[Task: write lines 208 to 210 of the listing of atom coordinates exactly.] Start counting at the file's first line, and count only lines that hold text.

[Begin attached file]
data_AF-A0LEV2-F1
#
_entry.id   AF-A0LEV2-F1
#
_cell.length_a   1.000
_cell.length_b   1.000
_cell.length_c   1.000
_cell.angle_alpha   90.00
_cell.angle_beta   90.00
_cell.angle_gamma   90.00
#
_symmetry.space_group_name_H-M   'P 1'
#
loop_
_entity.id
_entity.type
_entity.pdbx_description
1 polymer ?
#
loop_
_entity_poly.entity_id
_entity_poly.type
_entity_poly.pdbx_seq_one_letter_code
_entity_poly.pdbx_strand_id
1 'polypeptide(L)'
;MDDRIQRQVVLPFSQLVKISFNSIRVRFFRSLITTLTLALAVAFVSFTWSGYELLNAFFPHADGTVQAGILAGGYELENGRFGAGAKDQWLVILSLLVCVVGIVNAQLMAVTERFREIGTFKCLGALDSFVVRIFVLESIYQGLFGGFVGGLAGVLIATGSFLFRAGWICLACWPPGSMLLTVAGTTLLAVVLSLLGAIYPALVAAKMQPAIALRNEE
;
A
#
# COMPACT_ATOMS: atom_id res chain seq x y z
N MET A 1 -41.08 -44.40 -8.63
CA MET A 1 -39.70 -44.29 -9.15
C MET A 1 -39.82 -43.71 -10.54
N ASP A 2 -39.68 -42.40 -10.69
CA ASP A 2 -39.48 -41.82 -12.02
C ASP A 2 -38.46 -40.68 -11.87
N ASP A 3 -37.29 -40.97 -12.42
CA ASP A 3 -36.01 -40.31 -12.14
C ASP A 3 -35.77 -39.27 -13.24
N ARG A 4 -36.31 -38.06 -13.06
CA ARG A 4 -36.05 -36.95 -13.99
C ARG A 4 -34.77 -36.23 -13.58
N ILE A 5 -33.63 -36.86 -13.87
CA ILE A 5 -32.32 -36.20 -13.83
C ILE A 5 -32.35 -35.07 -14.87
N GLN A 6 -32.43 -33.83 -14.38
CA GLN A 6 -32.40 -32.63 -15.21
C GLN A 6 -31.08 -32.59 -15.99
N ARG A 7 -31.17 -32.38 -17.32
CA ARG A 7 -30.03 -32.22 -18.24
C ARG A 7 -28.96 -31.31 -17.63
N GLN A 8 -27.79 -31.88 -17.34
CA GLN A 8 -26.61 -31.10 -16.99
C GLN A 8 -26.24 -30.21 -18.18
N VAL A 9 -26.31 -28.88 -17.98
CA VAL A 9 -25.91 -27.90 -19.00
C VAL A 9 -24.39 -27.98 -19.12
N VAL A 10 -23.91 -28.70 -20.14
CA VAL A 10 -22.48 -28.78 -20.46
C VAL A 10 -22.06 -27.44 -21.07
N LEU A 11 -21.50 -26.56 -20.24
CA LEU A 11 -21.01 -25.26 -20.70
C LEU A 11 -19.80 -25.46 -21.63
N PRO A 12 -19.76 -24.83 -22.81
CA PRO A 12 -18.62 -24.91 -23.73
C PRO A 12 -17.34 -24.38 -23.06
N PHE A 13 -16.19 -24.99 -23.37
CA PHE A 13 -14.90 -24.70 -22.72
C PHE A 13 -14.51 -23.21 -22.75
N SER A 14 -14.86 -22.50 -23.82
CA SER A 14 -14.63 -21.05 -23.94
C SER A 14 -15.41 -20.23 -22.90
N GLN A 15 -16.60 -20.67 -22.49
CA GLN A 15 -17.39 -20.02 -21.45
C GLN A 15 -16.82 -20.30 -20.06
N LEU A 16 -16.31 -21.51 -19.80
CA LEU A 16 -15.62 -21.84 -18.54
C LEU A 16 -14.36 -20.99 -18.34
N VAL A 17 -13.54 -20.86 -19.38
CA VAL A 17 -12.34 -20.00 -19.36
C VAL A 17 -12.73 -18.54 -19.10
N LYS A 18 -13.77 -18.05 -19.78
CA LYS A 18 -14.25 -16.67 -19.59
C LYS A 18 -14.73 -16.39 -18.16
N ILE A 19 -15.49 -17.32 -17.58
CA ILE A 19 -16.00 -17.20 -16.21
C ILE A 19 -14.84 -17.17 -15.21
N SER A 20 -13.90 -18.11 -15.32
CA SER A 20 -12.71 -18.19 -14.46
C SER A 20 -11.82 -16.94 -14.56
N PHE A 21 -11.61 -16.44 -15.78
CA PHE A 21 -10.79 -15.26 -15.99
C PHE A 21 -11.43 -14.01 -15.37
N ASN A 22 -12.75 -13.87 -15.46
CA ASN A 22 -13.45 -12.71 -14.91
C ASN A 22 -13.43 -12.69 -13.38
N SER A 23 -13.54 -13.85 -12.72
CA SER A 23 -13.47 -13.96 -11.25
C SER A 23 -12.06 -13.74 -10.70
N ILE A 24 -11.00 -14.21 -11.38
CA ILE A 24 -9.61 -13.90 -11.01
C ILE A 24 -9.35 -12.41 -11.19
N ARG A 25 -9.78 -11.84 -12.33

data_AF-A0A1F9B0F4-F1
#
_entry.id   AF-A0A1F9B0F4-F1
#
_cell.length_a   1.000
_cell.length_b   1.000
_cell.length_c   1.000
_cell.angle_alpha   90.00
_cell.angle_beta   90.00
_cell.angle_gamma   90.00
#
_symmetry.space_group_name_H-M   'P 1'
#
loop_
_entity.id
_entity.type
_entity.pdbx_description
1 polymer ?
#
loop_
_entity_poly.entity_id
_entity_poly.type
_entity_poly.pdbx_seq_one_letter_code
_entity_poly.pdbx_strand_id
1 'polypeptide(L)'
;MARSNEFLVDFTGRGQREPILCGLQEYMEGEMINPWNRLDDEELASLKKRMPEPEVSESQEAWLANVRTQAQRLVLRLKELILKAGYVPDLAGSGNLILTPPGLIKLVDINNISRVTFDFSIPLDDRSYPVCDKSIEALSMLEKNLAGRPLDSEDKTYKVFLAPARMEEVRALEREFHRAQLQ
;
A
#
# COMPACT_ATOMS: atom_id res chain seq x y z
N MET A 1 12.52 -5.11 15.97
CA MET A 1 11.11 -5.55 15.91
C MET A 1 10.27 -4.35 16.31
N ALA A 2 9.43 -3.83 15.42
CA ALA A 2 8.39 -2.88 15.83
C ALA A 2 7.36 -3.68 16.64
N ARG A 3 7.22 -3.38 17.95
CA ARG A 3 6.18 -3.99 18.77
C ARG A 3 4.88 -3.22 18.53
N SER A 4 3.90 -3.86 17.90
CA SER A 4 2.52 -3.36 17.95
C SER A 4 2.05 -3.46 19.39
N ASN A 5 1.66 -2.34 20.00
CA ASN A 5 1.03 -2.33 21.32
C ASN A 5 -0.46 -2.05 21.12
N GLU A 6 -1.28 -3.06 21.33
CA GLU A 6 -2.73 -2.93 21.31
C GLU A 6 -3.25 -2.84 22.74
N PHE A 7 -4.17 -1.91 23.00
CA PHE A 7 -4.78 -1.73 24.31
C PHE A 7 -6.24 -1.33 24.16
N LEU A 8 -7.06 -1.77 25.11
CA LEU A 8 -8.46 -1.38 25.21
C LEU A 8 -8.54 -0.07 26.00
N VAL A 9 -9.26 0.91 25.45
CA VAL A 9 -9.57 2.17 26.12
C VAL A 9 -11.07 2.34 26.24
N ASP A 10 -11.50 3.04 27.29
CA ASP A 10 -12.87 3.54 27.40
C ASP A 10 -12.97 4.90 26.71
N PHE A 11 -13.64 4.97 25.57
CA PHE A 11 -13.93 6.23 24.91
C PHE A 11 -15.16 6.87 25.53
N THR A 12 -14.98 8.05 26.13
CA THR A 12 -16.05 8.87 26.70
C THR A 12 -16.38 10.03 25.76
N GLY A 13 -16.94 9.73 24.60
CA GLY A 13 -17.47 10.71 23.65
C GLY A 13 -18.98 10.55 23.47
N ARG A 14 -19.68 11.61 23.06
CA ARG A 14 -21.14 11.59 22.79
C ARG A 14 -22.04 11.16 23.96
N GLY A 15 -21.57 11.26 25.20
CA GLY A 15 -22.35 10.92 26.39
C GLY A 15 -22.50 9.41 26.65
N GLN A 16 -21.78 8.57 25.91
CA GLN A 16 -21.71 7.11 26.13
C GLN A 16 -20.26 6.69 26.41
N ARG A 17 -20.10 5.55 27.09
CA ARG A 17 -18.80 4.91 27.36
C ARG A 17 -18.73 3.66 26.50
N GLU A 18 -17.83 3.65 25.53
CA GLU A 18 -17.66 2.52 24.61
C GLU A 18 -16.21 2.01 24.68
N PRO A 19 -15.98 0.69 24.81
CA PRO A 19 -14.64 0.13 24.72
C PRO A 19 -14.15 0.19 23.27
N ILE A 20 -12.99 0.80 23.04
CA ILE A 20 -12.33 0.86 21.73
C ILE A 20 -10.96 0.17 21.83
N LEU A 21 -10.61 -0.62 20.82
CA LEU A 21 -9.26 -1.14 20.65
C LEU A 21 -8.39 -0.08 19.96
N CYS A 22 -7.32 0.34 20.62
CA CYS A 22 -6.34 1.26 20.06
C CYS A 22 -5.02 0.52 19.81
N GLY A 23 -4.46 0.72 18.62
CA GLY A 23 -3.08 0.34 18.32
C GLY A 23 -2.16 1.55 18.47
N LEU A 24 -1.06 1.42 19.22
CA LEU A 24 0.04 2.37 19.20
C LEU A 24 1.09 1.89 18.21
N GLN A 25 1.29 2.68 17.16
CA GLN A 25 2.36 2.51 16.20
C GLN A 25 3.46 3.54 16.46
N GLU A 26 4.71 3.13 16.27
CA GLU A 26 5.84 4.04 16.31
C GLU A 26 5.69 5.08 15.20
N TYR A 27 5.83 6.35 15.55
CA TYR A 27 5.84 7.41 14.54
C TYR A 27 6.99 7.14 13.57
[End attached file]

C GLN A 25 3.46 3.54 16.46
N GLU A 26 4.71 3.13 16.27
CA GLU A 26 5.84 4.04 16.31